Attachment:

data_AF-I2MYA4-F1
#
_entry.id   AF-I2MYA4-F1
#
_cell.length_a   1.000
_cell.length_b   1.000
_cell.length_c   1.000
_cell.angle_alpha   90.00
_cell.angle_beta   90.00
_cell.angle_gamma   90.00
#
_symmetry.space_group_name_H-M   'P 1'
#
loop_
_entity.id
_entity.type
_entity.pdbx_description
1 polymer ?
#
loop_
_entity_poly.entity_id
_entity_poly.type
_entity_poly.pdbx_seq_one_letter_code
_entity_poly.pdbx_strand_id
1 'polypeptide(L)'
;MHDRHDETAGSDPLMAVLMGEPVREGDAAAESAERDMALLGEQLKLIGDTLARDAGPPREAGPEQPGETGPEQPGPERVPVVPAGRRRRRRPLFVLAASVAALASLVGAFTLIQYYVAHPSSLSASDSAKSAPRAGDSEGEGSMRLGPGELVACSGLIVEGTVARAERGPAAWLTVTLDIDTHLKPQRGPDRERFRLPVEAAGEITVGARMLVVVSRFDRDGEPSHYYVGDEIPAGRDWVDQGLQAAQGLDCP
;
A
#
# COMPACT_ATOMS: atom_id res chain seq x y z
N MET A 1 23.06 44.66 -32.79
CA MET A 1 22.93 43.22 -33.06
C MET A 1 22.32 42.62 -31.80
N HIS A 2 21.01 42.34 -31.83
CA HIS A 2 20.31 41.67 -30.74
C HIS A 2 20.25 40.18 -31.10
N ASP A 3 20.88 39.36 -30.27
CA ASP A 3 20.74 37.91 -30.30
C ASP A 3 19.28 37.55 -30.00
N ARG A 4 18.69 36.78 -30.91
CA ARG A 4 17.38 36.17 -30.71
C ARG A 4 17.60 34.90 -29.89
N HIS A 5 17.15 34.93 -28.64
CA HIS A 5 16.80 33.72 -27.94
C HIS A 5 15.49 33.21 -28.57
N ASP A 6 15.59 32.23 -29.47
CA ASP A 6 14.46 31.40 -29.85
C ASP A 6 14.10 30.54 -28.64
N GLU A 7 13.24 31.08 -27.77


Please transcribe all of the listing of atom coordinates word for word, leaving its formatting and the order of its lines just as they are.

data_AF-I2MYA4-F1
#
_entry.id   AF-I2MYA4-F1
#
_cell.length_a   1.000
_cell.length_b   1.000
_cell.length_c   1.000
_cell.angle_alpha   90.00
_cell.angle_beta   90.00
_cell.angle_gamma   90.00
#
_symmetry.space_group_name_H-M   'P 1'
#
loop_
_entity.id
_entity.type
_entity.pdbx_description
1 polymer ?
#
loop_
_entity_poly.entity_id
_entity_poly.type
_entity_poly.pdbx_seq_one_letter_code
_entity_poly.pdbx_strand_id
1 'polypeptide(L)'
;MHDRHDETAGSDPLMAVLMGEPVREGDAAAESAERDMALLGEQLKLIGDTLARDAGPPREAGPEQPGETGPEQPGPERVPVVPAGRRRRRRPLFVLAASVAALASLVGAFTLIQYYVAHPSSLSASDSAKSAPRAGDSEGEGSMRLGPGELVACSGLIVEGTVARAERGPAAWLTVTLDIDTHLKPQRGPDRERFRLPVEAAGEITVGARMLVVVSRFDRDGEPSHYYVGDEIPAGRDWVDQGLQAAQGLDCP
;
A
#
# COMPACT_ATOMS: atom_id res chain seq x y z
N MET A 1 23.06 44.66 -32.79
CA MET A 1 22.93 43.22 -33.06
C MET A 1 22.32 42.62 -31.80
N HIS A 2 21.01 42.34 -31.83
CA HIS A 2 20.31 41.67 -30.74
C HIS A 2 20.25 40.18 -31.10
N ASP A 3 20.88 39.36 -30.27
CA ASP A 3 20.74 37.91 -30.30
C ASP A 3 19.28 37.55 -30.00
N ARG A 4 18.69 36.78 -30.91
CA ARG A 4 17.38 36.17 -30.71
C ARG A 4 17.60 34.90 -29.89
N HIS A 5 17.15 34.93 -28.64
CA HIS A 5 16.80 33.72 -27.94
C HIS A 5 15.49 33.21 -28.57
N ASP A 6 15.59 32.23 -29.47
CA ASP A 6 14.46 31.40 -29.85
C ASP A 6 14.10 30.54 -28.64
N GLU A 7 13.24 31.08 -27.77